Watch Live Stream: Bus-Sized 2018 DV1 Asteroid Will Fly By Earth On Friday

france night sky
This photo taken on August 14, 2017 shows the Milky Way taken from the summit of the Donon Mountain, eastern France. PATRICK HERTZOG/AFP/Getty Images

An asteroid is going to come extremely close to Earth on Friday—and everything is going to be absolutely fine. A 23-foot-wide asteroid—which, as noted, means it is the size of a bus—will come within 70,000 miles of Earth. The pass-by will be streamed live by the Virtual Telescope Project.

This isn't the first time the asteroid, named 2018 DV1, has paid us a visit, though it does seem to be the first time we've noticed it. Astronomers at Arizona's Mount Lemmon Observatory caught sight of it on Monday. Based on calculations in the Jet Propulsion Laboratory's Small-Body Database, though, the asteroid has likely come close to Earth once every few years. This is the closest in decades that it has ever or is expected to ever come, though. Seventy thousand miles is more than twice as the average distance between the Moon and Earth, which is about 239,000 miles.

NASA categorizes asteroids in a few different ways. 2018 DV1 is an "Aten," which just describes how large an axis of the asteroid's orbit is relative to Earth's. (Atens are one of four types.) But while the asteroid may be coming very close to Earth, it doesn't fall into the scary category: a potentially hazardous asteroid.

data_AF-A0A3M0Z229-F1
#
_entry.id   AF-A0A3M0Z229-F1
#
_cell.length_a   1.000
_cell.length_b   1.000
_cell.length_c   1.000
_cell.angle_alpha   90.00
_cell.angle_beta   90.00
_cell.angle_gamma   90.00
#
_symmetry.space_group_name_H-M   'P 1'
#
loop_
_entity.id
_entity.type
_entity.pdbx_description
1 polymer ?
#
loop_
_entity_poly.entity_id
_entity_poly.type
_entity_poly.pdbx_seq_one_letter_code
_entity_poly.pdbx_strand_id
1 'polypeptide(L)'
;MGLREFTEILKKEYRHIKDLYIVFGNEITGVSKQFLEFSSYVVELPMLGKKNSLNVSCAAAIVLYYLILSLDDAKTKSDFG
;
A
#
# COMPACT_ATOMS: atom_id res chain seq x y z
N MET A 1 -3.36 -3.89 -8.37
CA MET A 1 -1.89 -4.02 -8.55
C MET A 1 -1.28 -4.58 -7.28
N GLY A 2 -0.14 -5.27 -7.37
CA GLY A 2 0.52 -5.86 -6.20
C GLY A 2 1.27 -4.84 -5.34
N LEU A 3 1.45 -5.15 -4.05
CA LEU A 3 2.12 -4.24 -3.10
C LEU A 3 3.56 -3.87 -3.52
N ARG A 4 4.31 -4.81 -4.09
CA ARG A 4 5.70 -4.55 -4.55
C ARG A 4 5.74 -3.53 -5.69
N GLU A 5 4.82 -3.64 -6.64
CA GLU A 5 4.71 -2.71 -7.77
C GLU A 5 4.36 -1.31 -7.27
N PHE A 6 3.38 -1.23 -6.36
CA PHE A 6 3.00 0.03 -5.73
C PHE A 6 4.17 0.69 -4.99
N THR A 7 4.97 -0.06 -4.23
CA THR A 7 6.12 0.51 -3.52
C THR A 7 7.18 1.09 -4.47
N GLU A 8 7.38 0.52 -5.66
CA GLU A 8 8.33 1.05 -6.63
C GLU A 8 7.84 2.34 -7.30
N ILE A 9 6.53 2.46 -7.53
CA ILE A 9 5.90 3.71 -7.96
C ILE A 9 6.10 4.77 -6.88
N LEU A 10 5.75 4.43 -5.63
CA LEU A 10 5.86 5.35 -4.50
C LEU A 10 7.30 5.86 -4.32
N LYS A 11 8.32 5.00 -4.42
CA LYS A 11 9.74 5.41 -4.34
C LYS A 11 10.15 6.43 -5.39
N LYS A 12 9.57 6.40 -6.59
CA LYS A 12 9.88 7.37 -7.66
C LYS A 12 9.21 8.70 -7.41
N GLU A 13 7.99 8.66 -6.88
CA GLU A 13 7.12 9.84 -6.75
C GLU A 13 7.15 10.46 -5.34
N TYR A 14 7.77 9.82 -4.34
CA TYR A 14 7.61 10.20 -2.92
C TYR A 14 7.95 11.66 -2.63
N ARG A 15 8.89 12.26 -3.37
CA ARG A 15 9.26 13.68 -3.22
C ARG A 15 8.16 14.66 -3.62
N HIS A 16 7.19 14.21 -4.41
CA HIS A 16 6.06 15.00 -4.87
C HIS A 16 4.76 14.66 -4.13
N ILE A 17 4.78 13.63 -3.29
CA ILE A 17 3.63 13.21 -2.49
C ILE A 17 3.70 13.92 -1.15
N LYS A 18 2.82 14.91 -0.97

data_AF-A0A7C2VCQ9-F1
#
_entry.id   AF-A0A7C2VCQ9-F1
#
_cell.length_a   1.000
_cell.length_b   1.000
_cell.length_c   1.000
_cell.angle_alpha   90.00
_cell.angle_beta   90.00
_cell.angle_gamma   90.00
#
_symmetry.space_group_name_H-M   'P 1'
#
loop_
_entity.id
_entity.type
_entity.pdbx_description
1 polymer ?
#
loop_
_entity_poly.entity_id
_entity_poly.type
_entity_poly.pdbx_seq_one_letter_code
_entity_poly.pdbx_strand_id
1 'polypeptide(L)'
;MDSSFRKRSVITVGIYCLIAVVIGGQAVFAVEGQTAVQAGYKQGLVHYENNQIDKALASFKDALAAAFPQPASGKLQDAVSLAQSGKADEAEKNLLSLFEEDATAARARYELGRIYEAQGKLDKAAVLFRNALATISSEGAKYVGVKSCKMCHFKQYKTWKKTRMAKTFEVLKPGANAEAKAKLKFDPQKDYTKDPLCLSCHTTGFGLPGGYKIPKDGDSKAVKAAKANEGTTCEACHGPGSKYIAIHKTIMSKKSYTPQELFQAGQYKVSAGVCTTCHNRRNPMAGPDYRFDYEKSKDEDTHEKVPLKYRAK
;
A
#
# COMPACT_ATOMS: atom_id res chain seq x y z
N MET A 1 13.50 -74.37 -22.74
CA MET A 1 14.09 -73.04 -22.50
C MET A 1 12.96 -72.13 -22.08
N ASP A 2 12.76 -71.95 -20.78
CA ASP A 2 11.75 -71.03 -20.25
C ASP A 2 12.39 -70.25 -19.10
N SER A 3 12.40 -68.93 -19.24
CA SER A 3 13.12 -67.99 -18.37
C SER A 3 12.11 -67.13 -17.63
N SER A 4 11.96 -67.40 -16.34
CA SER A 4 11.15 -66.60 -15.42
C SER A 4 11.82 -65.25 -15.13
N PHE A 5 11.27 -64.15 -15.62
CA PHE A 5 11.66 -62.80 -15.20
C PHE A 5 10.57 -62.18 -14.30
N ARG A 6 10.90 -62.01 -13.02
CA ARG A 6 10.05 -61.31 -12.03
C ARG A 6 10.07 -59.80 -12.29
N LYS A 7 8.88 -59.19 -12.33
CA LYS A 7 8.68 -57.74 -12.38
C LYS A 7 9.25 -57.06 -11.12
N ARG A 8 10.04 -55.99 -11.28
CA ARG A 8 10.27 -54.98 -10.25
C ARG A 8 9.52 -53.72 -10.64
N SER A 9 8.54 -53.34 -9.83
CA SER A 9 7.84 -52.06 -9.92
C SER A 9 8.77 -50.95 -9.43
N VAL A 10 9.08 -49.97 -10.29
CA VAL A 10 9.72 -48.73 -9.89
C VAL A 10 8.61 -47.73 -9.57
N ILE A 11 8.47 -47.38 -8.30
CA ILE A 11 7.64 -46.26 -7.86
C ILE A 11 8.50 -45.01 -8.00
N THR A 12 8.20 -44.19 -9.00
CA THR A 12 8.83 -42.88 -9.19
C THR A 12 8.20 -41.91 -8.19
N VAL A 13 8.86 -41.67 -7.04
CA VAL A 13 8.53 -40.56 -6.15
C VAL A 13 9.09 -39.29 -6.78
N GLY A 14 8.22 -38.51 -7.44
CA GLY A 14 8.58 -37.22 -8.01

An asteroid is categorized as "potentially hazardous" based on its distance from the Earth and the "magnitude" of the asteroid, or how bright it appears in the sky. Magnitude is often a shorthand for how large an asteroid is. (Counterintuitively, the lower the magnitude is, the bigger the asteroid is expected to be.) 2018 DV1 falls short of the magnitude criteria, so it's extremely unlikely that it would actually do any damage even if it did plummet to Earth. According to UPI, the asteroid would likely just disintegrate if it entered the planet's atmosphere.

2018 DV1 is actually expected to stop by earth again on February 26, 2019—though that time, relatively speaking, it's expected to keep its distance a bit more.